Legal Roundup: COVID Testing Company Sued, San Diego Sidewalk Settlements and More

The latest court filings and lawsuits with a broader impact on the insurance and risk landscape.
By: | April 25, 2022

Los Angeles Angels Hit with Negligence Over Injured 6-Year-Old

The Case: In a suit filed in Orange County California Superior Court, the mother of an injured 6-year-old says the Los Angeles Angels’ negligence led to her child’s fractured skull when a baseball hit him.

The incident occurred during an autograph signing meet & greet about 90 minutes before game time.

According to the Associated Press, “pitcher Keynan Middleton, who was warming up on the field, threw a ball toward another Angels player who missed the catch.”

The child was rushed to the hospital in critical condition and has since recovered, but brain scans show abnormal activity.

“The lawsuit seeks unspecified damages and coverage of medical costs and loss of future earnings,” according to the AP.

Scorecard: The case was recently filed and has not reached a resolution.

Takeaway: “The lawsuit by the boy’s mother Beatrice Galaz said the team should have more netting along the side of the field and players shouldn’t throw balls during warmups in areas where spectators could be struck,” the AP reported.

In recent years, the MLB has expanded netting requirements in ballparks but those are meant as protection for batted balls during gameplay and warmups. In 2019, some teams extended netting after a 79-year-old woman died after being hit by a foul ball at Dodger Stadium.

While Angel Stadium had installed netting beyond the dugout, it would not have protected the child in the current suit because the incident occurred during a special event outside of game play.

Netting is an issue across professional sports. The NHL created a protective netting policy back in 2002 following the death of a 13-year-old who was hit by a flying puck.

COVID Tester Accused of Stealing Millions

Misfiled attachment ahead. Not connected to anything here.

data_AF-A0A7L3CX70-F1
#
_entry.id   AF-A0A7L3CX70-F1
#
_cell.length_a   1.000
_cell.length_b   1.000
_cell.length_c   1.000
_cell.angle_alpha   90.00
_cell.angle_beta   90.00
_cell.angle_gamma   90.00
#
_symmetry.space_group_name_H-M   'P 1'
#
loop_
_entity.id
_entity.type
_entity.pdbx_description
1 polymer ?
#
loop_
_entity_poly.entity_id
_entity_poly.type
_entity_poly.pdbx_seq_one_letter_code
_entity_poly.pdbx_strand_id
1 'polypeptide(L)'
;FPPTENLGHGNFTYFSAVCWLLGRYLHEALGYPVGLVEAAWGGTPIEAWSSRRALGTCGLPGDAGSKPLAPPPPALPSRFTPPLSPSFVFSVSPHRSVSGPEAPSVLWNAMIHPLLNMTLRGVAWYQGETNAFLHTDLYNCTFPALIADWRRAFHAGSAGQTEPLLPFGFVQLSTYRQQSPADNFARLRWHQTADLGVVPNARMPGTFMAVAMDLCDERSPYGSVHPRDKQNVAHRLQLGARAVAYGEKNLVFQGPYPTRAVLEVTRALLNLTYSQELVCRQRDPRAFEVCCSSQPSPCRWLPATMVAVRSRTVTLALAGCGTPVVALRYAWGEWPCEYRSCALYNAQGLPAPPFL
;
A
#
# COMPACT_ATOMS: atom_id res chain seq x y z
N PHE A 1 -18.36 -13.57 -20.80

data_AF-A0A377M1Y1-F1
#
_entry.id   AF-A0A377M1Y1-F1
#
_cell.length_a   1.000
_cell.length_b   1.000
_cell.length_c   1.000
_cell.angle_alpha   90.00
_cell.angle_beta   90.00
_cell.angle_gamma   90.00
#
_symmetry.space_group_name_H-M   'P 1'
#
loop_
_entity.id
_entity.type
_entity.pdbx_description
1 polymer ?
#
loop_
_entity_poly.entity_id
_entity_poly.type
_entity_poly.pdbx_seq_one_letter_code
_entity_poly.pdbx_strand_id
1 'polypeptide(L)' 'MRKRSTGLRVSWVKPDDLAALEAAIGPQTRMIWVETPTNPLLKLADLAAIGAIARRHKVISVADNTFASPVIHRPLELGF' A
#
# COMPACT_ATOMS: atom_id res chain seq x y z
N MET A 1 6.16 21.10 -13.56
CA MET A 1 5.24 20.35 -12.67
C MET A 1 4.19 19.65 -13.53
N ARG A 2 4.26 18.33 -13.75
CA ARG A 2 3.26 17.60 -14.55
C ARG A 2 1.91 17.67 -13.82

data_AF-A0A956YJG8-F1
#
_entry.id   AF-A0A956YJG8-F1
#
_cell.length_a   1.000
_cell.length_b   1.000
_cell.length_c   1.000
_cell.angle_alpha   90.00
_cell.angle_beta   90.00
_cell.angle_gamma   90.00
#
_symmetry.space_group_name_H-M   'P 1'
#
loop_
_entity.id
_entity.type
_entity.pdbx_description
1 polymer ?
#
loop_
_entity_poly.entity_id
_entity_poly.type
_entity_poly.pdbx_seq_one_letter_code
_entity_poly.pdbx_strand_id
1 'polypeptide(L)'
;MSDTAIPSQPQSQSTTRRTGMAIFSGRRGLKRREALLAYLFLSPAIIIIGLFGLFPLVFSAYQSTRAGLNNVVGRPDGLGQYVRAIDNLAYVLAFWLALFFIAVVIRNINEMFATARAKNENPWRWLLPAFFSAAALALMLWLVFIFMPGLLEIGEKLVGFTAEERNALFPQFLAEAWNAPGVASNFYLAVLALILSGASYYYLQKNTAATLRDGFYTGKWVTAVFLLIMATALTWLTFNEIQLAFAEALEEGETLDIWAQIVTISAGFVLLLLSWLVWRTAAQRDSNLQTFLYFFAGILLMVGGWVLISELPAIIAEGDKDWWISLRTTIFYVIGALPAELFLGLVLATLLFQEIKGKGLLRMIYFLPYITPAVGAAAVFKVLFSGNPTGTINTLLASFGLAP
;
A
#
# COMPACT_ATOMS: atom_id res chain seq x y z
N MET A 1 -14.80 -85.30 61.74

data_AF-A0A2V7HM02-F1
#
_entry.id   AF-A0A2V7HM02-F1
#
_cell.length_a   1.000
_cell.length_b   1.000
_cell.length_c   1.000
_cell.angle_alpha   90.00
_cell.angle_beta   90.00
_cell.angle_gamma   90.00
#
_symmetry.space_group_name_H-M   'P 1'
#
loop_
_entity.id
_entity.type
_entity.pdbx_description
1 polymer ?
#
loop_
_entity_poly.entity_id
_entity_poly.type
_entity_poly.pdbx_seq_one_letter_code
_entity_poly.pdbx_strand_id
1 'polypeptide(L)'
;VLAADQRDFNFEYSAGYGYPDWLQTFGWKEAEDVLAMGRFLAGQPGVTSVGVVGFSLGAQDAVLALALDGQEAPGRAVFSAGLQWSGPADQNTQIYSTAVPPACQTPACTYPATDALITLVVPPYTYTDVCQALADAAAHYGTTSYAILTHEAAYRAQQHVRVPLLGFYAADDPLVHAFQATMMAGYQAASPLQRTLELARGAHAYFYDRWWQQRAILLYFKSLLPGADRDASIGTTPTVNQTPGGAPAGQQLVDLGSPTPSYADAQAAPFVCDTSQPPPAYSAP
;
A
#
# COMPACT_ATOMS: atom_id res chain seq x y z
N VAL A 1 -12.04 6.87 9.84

The Case: Oregon is suing Illinois-based Center for Covid Control, a testing company that allegedly stole “millions of dollars in federal funds and insurance money,” and provided questionable test results, according to the Associated Press.

CCC, run by married couple Aleya Siyaj and Akbar Ali Syed, “had no prior experience in the medical field or medical testing and had run an axe throwing lounge and a photography studio,” according to the AP.

Oregon Attorney General Ellen Rosenblum filed the suit accusing CCC of “deceptively marketing testing services and for violating Oregon’s Unlawful Trade Practices Act.”

As noted in the complaint, “CCC started as a single test site located in Siyaj’s former axe throwing lounge,” and within a year’s time “opened approximately 300 test sites across the United States, including 5 sites in Oregon” without scaling up its facilities.

Scorecard: The case was recently filed and has not reached a resolution.

Takeaway: “Washington state Attorney General Bob Ferguson sued the CCC in January, accusing it of improperly handling tests and providing fake results,” per AP, which notes that CCC is also being investigated by the FBI and Illinois public health authorities.

The CCC’s phone number has been disconnected. The website reads “Closed Indefinitely.”

San Diego Settles Sidewalk Suits for $400K

The Case: Two lawsuits allege that the city of San Diego was “responsible for significant injuries caused by poorly maintained roads and sidewalks,” according to the Associated Press.

Tourist Diana Greenwood tripped and fell in La Jolla. Marguerite Coats fell in Clairemont. The case was set to go before a Superior Court judge. 

Scorecard: San Diego has settled the suits. The city council unanimously approved a payout of $250,000 to Greenwood and $150,000 to Coats.

Takeaway: A recent audit found that “San Diego could significantly reduce the nearly $25 million a year it spends on lawsuit payouts if it invests in better employee training and deeper analyses of risks,” the The San Diego Union Tribune reported.

Auditors also noted that the city should invest in sidewalk repairs and improved intersections. Between 2010 and 2018, San Diego handled about 20,000 claims and lawsuits.

Overturned: $137 Million Verdict Against Roche Diagnostics 

The Case: In 2010, Meso Scale Diagnostics sued Roche Diagnostics, alleging a breach of license for patents relating to lab testing machines, according to court documents.

The judge determined that Meso was not a party to an earlier license agreement.

In 2017, Roche sued Meso, arguing that an earlier agreement did not convey rights asserted. Meso countersued for patent infringement and won over $137 million in damages. Roche challenged the decision, which the district court denied.

The case then moved up to the U.S. Federal Appeals Court in Delaware.

Scorecard: The Appeals Court has overturned the $137 million verdict and has ordered a new damages trial, according to Reuters.

Takeaway: In a split panel decision, the court found that “Roche’s cobas diagnostic machines did not violate Meso Scale Diagnostics LLC’s rights in parts of three lab-testing patents Roche had been found to infringe,” per reporting by Reuters. The case goes back to court. &

Jared Shelly is a journalist based in Philadelphia. He can be reached at [email protected].